Back to Shopping at NorthernBrewer.com

Bucket Fermentation vs Glass

I have two batches in primary fermenters - one bucket and a 6 1/2 gallon glass primary.

It seems the bucket - although sealed - does not exhibit a strong fermentation in that the airlock does not bubble much or at all. I peaked in through the airlock hole and after nearly two weeks I see a decent amount of foam (krausen) on the top. I suspect I should leave things alone however I have been told NOT to leave the wort in the primary longer than 2-weeks.

The glass primary is working fine and will be on schedule.

I suspect bucket fermenters do not have a 100% seal is the issue and I am OK is my theory.

See attached photo …

Thanks

John

That’s a pretty fancy brewstand… :wink:

It is possible that there is a poor lid seal allowing CO2 out, but it is also quite possible that the fermentation went quickly and the furious bubbling came and went between your observations.

After two weeks, you can certainly transfer to secondary, and take a hydrometer sample to check the current gravity to see where your are. Above all, RDWHAHB.

Opinions vary, just do a search of the forum.

Many experienced brewers here (I am not very experienced) say there is no real reason to move your beer to a carboy unless you are adding flavoring (fruit, spices, etc), dry hopping, or it’s a big beer that needs more yeast or long-term bulk aging (probably other reasons too). It just ups the risk for contamination and/or oxidation of the beer.

Others believe moving to a carboy helps clarify, avoids off flavors from the yeasts and frees up your primary bucket.

Read up and see what you feel is best for your brewing.

For me being a newbie, and having limited storage in my apartment, I just bulk age in my primary since I am usually only doing one beer at a time. I have moved to a secondary, without a problem, when I did 2 beers with in 2 weeks in the spring.

It’s all a matter or preference for most beers. there are always exceptions.
:cheers:

[quote=“Brew-Stir”]I have been told NOT to leave the wort in the primary longer than 2-weeks.[/quote]I’d be leery of taking advice from whoever told you that. My standard practice is 3 weeks minimum. A couple of years ago I had a fire and wasn’t able to do beer things for some time, had an IPA that sat in the primary for 6 months, I planned to dump it expecting it to be nasty but it was pretty good. The hop flavor and aroma was very diminished so it really didn’t taste like an IPA, very smooth and drinkable though.

I’ve done several batches in buckets are carboys side by side, I’d tend to agree that some of the gas is probably escaping the lid seal (I don’t have any rubber seal). Not really an issue though as the resulting beer has turned out the same and during active fermentation I’m not too worried about contamination some how making its way in.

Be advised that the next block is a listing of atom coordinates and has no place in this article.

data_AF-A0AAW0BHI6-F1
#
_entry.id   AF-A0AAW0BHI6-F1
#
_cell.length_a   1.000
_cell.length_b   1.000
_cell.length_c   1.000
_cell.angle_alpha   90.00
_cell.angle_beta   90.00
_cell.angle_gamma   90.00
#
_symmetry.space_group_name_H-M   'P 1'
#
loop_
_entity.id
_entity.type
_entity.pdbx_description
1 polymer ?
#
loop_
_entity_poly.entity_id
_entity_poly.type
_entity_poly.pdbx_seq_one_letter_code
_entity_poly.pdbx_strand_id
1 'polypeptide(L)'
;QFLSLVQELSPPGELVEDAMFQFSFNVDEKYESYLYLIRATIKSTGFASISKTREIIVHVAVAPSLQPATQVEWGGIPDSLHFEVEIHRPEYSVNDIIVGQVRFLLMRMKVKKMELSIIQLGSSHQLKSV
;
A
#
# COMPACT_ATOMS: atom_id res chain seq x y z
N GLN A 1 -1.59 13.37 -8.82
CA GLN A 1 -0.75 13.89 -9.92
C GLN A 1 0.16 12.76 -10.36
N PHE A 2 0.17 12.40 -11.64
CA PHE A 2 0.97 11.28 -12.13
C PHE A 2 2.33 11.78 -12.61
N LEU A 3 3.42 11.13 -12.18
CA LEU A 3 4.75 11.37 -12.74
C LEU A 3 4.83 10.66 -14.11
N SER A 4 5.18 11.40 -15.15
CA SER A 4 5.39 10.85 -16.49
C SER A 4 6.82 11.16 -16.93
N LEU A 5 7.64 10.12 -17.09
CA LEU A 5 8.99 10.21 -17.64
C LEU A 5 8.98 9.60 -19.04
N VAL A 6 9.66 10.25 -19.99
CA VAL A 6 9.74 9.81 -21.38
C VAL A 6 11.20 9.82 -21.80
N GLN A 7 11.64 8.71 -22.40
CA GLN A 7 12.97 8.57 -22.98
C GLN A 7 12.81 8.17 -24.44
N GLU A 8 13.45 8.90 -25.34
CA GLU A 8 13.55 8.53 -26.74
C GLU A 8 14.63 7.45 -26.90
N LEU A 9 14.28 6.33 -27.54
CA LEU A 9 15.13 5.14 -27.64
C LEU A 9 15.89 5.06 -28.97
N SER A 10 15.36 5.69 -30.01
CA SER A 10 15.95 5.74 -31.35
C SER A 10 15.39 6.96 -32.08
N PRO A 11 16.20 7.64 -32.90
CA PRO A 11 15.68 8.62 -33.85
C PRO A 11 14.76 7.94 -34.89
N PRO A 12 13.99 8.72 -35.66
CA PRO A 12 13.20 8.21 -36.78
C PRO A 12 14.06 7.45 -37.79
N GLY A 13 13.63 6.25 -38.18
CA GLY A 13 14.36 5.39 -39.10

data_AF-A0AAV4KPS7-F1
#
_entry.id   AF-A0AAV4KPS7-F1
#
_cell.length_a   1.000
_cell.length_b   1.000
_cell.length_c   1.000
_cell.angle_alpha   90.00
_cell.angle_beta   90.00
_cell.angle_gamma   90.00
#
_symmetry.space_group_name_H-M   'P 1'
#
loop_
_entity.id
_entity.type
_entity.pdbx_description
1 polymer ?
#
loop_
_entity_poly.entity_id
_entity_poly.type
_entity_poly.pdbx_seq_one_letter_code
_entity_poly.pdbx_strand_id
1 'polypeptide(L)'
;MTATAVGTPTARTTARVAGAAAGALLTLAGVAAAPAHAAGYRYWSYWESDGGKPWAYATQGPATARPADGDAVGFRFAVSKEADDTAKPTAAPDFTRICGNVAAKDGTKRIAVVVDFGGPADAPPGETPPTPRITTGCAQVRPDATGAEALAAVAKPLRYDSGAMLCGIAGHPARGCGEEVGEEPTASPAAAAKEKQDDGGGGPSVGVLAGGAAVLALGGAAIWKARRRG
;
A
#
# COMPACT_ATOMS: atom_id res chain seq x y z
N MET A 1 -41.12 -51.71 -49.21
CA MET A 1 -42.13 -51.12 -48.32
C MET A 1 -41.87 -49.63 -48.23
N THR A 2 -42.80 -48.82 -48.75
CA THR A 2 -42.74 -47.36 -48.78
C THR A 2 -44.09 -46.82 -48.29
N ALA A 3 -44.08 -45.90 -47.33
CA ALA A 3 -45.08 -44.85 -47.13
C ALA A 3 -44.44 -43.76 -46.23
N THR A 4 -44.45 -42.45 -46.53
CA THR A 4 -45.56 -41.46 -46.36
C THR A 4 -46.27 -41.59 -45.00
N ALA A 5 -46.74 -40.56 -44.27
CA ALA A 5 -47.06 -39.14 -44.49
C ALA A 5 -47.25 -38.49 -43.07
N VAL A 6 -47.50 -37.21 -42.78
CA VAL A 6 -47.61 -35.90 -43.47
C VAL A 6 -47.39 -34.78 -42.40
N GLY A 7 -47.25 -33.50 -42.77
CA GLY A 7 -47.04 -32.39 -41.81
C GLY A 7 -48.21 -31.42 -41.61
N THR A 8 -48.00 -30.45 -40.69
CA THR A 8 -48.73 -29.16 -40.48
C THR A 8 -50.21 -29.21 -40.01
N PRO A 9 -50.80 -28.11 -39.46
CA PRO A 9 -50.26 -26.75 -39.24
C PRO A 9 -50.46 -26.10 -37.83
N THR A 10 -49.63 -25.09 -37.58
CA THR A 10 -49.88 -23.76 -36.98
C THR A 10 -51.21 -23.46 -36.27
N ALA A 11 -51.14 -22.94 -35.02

That type of bucket lid generally does not have a gasket and will not seal airtight.

Yeah, definitely. I’m not as anti-secondary as some people around here, but I have come to the conclusion that they are rarely necessary. And I almost always primary for at LEAST 3 weeks. I’ve left it in the primary for multiple months before without incident.

Looking at the airlock level on the bucket, it appears pretty full. If you didn’t add more solution to it after the earlier period of fermentation, then I would venture a guess that the lid is not sealed well. As said, 100% seal is not likely, but near 100% is expected. Don’t be afraid to open the bucket lid and look - it may create a better seal when you close it back up and wit out the 3 week minimum before transfer (unless this is a really low gravity ale - i.e., below 1040-ish OG.

I’m very guilty of being a fermentation watcher. At times I’ll sit and watch fermentation in a clear carboy totally mesmerized even ever ~80 batches. Can’t do that with buckets but I have figured out that if it is darker in the room and you set a flashlight light end down on the lid you’ll easily be able to see were the krausen is at. It helps keep me from opening the lid and give me reassurance that the beer is fermenting properly (and can give me some warning if it looks like I’ll have to throw on a blow off tube)

I hope I don’t step on anyone’s toes, but unless they are exactly the same recipe depending on style, gravity, and yeast how active a fermentation you have can vary from batch to batch. Just my 2 cents.

I’ve always done a secondary because that is how I learned to do it. I have tried just the primary and results were also fine. I do find less junk carying over to my keg if I have racked it once, but that really shouldn’t make much of a difference anyway.

Now I have a fancy Speidel tank for fermentation. So if I do a few brews close together I transfer to a secondary to make way for the next batch. Otherwise I am more likely just to leave it in the Speidel for the duration.

Great observation.

[quote=“Brew Meister Smith”]I’ve always done a secondary because that is how I learned to do it. I have tried just the primary and results were also fine. I do find less junk carying over to my keg if I have racked it once, but that really shouldn’t make much of a difference anyway.

[/quote]

If you pull the racking cane up just a little on the 1st fermenter when you transfer to the keg, you will accomplish the same thing as transferring to a second vessel. Your beer “waste” will be the same.

IMO, there is no difference in a beer that is left in the primary for 4 weeks compared to a beer that spent 2 weeks in the primary, then 2 weeks in a second “bright tank” vessel.

Back to Shopping at NorthernBrewer.com